Coronavirus: Non-essential travel from US set to be banned within days
Brazil is also due to be targeted as part of State’s so-called red list of Covid-19 hotspots
A view at San Francisco International Airport in San Francisco, California, US, amid the Covid-19 pandemic. File photograph: Daniel Slim/AFP via Getty Images
Non-essential travel to the State from the US and other Covid-19 hotspots is set to be banned within days as the Republic moves to align itself with other EU states by introducing travel restrictions on countries where the virus continues to spread rapidly.
Although the so-called red list of countries from which all but essential travel will be prohibited will not be published until Friday at the earliest, Government sources have indicated that the US and Brazil will be included on it, while other EU countries and the UK will not.
Minister for Health Stephen Donnelly, acting chief medical officer Dr Ronan Glynn and senior officials at the Department of Health have held several meetings on the restrictions, and the issue has been discussed at Cabinet, where preliminary proposals were given an informal go-ahead.
The National Public Health Emergency Team (NPHET) has supported such steps for weeks and Mr Donnelly is understood to be anxious to move on the issue quickly to shut off another route through which Covid-19 can spread.
Irish citizens and residents who are coming home, as well as EU citizens and essential workers or those who are travelling for reasons which are deemed essential, will be exempt from any bans.
While the percentage of cases of the illness linked to international travel is currently small and the numbers coming into the country from international hotspots relatively minor, the Minister believes more needs to be done to contain the virus from being imported into Ireland from countries where transmission is widespread.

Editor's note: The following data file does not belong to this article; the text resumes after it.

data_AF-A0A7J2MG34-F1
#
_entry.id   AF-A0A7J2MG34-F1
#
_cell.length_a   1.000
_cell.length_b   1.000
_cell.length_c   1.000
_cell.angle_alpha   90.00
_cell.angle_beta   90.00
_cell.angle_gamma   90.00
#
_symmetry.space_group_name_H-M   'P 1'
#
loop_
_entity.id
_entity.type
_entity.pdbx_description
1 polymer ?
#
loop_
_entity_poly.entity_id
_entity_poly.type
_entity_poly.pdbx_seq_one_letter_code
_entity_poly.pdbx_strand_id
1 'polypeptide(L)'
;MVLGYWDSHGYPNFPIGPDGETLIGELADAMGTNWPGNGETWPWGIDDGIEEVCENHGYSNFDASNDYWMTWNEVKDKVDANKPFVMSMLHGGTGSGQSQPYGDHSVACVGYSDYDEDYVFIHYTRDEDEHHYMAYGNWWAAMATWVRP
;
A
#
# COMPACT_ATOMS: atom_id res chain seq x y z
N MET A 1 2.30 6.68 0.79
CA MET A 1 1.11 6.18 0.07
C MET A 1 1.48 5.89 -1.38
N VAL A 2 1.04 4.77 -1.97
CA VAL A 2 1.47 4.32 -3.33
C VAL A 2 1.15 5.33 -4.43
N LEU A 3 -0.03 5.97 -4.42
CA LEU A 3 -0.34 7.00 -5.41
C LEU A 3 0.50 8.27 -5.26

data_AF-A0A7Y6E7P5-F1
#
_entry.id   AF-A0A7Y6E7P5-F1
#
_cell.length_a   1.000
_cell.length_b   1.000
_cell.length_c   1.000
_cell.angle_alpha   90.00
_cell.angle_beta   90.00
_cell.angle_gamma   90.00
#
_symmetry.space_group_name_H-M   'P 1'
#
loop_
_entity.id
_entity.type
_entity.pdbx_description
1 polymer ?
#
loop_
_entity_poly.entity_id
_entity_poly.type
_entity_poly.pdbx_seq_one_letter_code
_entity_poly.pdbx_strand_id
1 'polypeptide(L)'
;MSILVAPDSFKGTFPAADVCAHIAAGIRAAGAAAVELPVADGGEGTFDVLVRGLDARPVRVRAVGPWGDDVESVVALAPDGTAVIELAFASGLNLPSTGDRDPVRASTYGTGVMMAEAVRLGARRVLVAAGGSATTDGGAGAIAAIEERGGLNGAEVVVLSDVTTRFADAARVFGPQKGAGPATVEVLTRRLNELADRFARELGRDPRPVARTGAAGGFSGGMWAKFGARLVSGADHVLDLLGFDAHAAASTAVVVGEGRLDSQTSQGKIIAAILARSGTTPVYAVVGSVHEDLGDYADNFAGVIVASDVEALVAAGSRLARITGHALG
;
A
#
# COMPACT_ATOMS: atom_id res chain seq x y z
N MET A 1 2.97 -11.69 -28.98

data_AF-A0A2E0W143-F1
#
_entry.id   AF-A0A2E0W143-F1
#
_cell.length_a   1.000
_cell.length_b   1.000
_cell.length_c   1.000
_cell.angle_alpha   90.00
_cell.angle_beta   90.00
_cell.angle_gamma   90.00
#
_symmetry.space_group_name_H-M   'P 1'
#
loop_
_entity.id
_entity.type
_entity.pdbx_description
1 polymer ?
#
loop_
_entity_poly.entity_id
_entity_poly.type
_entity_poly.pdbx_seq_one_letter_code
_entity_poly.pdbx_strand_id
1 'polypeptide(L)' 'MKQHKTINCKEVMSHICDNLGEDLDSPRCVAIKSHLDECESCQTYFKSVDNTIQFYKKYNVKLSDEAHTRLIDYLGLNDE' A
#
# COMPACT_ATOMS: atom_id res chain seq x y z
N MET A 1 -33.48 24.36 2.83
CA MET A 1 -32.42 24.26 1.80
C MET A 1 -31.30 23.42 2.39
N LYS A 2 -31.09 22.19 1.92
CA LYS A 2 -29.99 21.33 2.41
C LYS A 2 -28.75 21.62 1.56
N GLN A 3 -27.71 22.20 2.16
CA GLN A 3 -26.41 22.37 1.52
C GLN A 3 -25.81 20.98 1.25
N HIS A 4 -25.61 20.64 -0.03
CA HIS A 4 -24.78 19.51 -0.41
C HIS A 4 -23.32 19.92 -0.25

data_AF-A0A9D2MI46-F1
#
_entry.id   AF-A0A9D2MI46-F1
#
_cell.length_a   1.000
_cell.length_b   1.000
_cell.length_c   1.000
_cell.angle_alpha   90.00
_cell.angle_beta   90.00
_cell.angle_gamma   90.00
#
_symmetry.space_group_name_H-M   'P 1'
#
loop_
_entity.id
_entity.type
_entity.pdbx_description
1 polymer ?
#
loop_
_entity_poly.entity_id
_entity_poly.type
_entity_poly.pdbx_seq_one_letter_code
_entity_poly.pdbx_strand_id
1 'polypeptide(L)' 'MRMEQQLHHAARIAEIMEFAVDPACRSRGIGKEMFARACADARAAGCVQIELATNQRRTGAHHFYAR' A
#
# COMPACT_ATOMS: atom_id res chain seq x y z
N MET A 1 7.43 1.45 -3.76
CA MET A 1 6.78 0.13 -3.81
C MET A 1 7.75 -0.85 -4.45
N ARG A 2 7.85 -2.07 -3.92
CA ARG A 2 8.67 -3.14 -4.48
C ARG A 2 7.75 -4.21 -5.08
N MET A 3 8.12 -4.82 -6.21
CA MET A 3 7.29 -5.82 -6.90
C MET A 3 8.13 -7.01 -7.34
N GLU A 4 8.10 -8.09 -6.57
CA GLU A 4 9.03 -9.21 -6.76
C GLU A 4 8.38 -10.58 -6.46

The new measures will see the State fall into line with other EU countries that have had similar travel bans in place for months.
“These proposals are solely being developed for third countries outside the EU/EEA/UK and will be brought to Government for consideration,” a spokeswoman for the Minister confirmed.
“While the number of cases of Covid-19 detected among travellers from overseas has been very low, the Minister for Health is concerned about the growth in cases in some countries,” she said.
She stressed that there “are no plans to make any changes to the current operation of the green list, which is already reviewed every two weeks”.
The travel restrictions would not necessarily see the number of flights to and from affected locations reduced, and lucrative freight business on transatlantic routes will also see planes to and from US destinations continuing to service Dublin Airport.